Émile Zola Analysis

Other Literary Forms

(Literary Essentials: Short Fiction Masterpieces)

0111201607-Zola.jpg Émile Zola (Library of Congress) Published by Salem Press, Inc.

Émile Zola is principally remembered as a novelist and also as the flamboyant journalist who took up the defense of Captain Alfred Dreyfus during the celebrated trial of the young Jewish officer which transfixed French society at the end of the nineteenth century. In addition to novels and journalistic essays, he is the author of numerous plays, essays, literary and artistic criticism, and an early youthful attempt at poetry.


(Literary Essentials: Short Fiction Masterpieces)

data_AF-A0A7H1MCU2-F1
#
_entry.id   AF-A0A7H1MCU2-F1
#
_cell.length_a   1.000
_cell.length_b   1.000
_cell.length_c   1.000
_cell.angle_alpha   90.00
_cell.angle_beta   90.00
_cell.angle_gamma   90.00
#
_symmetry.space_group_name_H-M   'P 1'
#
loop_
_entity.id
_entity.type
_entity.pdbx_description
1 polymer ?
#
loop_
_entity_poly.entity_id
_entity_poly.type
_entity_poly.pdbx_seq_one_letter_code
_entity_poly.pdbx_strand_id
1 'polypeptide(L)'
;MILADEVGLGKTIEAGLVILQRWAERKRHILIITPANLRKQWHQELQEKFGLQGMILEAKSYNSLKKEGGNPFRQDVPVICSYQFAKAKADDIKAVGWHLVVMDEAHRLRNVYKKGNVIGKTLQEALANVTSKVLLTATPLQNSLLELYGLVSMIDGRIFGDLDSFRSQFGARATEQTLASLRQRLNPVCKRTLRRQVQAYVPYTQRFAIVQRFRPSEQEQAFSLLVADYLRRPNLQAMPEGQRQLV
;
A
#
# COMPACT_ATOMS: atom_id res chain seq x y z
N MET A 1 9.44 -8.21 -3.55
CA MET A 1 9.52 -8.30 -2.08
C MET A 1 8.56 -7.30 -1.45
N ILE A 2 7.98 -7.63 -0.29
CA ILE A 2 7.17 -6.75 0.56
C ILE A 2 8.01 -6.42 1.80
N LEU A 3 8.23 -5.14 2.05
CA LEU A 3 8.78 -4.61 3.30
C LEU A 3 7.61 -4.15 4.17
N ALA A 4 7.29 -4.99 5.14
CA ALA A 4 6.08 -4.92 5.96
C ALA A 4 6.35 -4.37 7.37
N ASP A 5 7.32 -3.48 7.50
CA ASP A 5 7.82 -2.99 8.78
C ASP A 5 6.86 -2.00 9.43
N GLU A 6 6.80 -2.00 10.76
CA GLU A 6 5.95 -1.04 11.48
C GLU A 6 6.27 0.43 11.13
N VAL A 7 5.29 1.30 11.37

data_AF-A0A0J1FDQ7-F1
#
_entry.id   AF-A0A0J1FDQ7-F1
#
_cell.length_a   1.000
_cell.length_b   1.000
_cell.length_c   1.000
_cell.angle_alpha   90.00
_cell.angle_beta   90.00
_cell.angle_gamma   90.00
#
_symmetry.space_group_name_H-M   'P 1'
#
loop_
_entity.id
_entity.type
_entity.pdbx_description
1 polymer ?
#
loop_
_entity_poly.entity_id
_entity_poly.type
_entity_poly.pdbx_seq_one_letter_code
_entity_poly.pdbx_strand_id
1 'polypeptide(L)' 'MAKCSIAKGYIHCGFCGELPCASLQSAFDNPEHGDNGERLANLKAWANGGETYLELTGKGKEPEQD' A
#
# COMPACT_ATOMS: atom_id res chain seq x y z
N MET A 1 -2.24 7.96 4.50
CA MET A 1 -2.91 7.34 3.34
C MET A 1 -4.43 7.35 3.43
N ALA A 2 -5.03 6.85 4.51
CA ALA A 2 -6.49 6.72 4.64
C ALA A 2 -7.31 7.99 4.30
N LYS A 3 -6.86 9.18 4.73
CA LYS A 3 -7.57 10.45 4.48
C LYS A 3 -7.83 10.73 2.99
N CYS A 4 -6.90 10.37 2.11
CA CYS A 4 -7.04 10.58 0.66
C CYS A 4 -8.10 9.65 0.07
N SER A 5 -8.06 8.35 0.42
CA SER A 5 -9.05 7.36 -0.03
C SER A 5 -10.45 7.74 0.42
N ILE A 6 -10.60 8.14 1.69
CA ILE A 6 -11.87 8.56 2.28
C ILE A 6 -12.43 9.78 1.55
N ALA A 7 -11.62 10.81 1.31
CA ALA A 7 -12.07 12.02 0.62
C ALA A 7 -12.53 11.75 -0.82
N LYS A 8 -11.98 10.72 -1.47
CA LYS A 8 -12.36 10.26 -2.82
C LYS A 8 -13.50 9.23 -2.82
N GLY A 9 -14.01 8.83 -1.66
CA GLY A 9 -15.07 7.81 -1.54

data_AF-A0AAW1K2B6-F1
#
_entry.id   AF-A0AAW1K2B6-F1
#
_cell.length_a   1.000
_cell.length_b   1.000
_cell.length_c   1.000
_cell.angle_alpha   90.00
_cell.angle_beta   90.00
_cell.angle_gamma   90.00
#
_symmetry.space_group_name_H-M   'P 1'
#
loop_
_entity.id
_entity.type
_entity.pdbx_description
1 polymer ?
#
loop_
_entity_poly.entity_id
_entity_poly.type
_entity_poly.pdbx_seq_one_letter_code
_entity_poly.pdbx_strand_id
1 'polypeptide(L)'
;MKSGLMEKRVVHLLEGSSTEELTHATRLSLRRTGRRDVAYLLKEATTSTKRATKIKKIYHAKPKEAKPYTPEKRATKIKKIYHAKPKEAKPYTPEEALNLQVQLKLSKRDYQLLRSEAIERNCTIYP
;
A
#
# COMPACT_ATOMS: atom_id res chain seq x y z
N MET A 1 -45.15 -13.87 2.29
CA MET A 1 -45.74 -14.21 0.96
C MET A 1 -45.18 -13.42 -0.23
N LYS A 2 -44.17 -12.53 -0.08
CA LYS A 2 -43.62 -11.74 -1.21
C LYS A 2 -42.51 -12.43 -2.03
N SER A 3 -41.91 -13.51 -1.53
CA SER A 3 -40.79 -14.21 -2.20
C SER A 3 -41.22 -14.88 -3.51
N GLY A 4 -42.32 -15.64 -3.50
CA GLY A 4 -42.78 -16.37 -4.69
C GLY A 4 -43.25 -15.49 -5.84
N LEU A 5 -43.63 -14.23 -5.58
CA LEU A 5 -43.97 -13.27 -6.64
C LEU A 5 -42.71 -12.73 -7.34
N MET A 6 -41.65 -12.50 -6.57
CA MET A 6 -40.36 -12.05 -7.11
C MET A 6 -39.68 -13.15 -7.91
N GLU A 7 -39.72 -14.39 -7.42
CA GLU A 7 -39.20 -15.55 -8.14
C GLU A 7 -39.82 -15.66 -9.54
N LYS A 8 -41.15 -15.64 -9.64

Émile Zola will always be associated with the school of naturalism in France. He became the most widely read author at the beginning of the twentieth century, in part because of the sensationalism of his subjects, in part because of his early training as a public relations clerk. Because of his immense success, his aesthetic ideas were widely circulated, and a group of disciples was formed at Zola’s country home outside Paris at Médan. Inspired by the medical advances made possible by scrupulous observation combined with precise analytical techniques, Zola proposed literature as a means of experimenting on humans. He specifically was interested in determining what happens when their environment is changed or their heredity tampered with; what would be the result of humans’ gradual addiction to certain chemical compounds? When the literary subject matter was the lower class, envisioned is the unhealthy and the immoral side by side. One of his best known novels, L’Assommoir (1877; English translation, 1879), attempts to examine the effects of alcohol on the working class. Other works examine prostitution, political power, industrial power (the locomotive), and capitalism.